I got a great question from one of our friends abroad who had to calculate the area of the icing on a piece of cake. A typical IGCSE GCSE maths question and I enjoyed solving it. The question truly challenges you to approach it systematically and with care. I hope it is helpful to you too! Make sure to let me know if you need more help with your maths. Don't worry, it will not cost you anything!
Today I have been checking many IGCSE GCSE maths mock exams and it makes me think of the following: It is not enough to know and understand all individual topics. You need to be able to analyse a question and decide upon which strategy from all the strategies you have learned, will help you to find the correct solution. For especially on the Paper 4 question paper it will perhaps not be immediately clear which mathematical topic is being tested. But be aware that questions will never be about things you don't know or didn't learn. The whole point of the paper is for you to bring all your knowledge and skills together and discover what is needed to solve the question. It is also still extremely important to read a question carefully and decide upon how to approach it rather than just diving into it. Think about what answer you would expect (eg if you are clearly calculating an acute angle, then every answer above 90 will be wrong. If you are calculating probability, your answer should be between 0 and 1). When finished, check whether your answer makes sense and whether it is roughly what you expected it to be. Common sense here will bring you very far! Rounding also remains to be a problem. Please take satisfaction and pride out of your workings and answer and treat it with respect. That means – don’t just jot it down, but round it properly and look at it for a while. Finally, your GCSE IGCSE maths exam is one big puzzle. Do not try to overcomplicate things but challenge yourself to find a way to tackle problems and I am sure you will enjoy it a lot more and become more successfull! Vectors have a particular magnitude (size) and a direction. Therefore make sure, on your GCSE IGCSE maths exam, to carefully examine which direction your vector is pointing towards for this will affect your answer. We use Pyhtagoras' theorem to calculate the magnitude of a vector. If the direction of a vector changes, will the magnitude change as well?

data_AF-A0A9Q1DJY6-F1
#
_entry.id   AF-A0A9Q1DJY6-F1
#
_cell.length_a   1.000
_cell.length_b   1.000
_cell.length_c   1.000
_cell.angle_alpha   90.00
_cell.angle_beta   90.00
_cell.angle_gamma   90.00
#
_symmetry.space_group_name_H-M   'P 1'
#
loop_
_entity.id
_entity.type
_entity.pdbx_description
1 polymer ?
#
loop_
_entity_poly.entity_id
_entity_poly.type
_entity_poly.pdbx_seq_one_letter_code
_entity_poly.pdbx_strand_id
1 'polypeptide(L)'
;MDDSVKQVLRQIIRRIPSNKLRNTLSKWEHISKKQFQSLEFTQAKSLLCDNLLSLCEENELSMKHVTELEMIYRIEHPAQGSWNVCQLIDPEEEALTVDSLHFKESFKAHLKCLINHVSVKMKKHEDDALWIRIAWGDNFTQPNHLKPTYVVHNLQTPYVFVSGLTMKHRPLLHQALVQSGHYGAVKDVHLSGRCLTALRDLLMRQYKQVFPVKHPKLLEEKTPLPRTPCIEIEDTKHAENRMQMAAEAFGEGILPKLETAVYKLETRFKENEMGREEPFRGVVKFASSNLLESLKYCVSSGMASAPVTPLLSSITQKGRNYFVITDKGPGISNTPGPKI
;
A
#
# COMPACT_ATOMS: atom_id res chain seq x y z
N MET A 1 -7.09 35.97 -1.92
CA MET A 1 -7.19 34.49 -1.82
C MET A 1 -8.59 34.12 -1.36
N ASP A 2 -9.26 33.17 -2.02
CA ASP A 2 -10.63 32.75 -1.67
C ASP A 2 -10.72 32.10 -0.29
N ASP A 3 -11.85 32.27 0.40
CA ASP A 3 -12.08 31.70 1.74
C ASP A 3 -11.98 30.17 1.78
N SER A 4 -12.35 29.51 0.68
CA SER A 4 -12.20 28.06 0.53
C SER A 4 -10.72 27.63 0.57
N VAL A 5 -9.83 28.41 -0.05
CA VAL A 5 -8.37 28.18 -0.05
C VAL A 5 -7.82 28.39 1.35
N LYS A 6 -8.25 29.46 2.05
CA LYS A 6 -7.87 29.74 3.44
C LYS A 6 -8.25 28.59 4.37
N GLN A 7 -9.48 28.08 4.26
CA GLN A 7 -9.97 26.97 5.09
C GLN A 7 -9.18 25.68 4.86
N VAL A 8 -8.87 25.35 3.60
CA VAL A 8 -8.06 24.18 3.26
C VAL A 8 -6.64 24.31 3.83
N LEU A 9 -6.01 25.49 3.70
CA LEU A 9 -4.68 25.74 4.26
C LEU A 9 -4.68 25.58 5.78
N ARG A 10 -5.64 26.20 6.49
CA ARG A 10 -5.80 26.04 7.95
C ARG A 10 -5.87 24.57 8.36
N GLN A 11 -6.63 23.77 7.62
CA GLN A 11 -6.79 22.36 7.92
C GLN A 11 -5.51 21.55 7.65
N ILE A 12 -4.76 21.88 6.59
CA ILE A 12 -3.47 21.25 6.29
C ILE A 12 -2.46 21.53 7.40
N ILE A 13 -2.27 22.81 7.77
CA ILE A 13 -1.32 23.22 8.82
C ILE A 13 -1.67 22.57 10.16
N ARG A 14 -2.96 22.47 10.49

ExplainingMaths.comMy name is John van der Marel and I teach mathematics at MES Cairo to students of KS3, KS4 (IGCSE) and IBDP. Archives
February 2015
Categories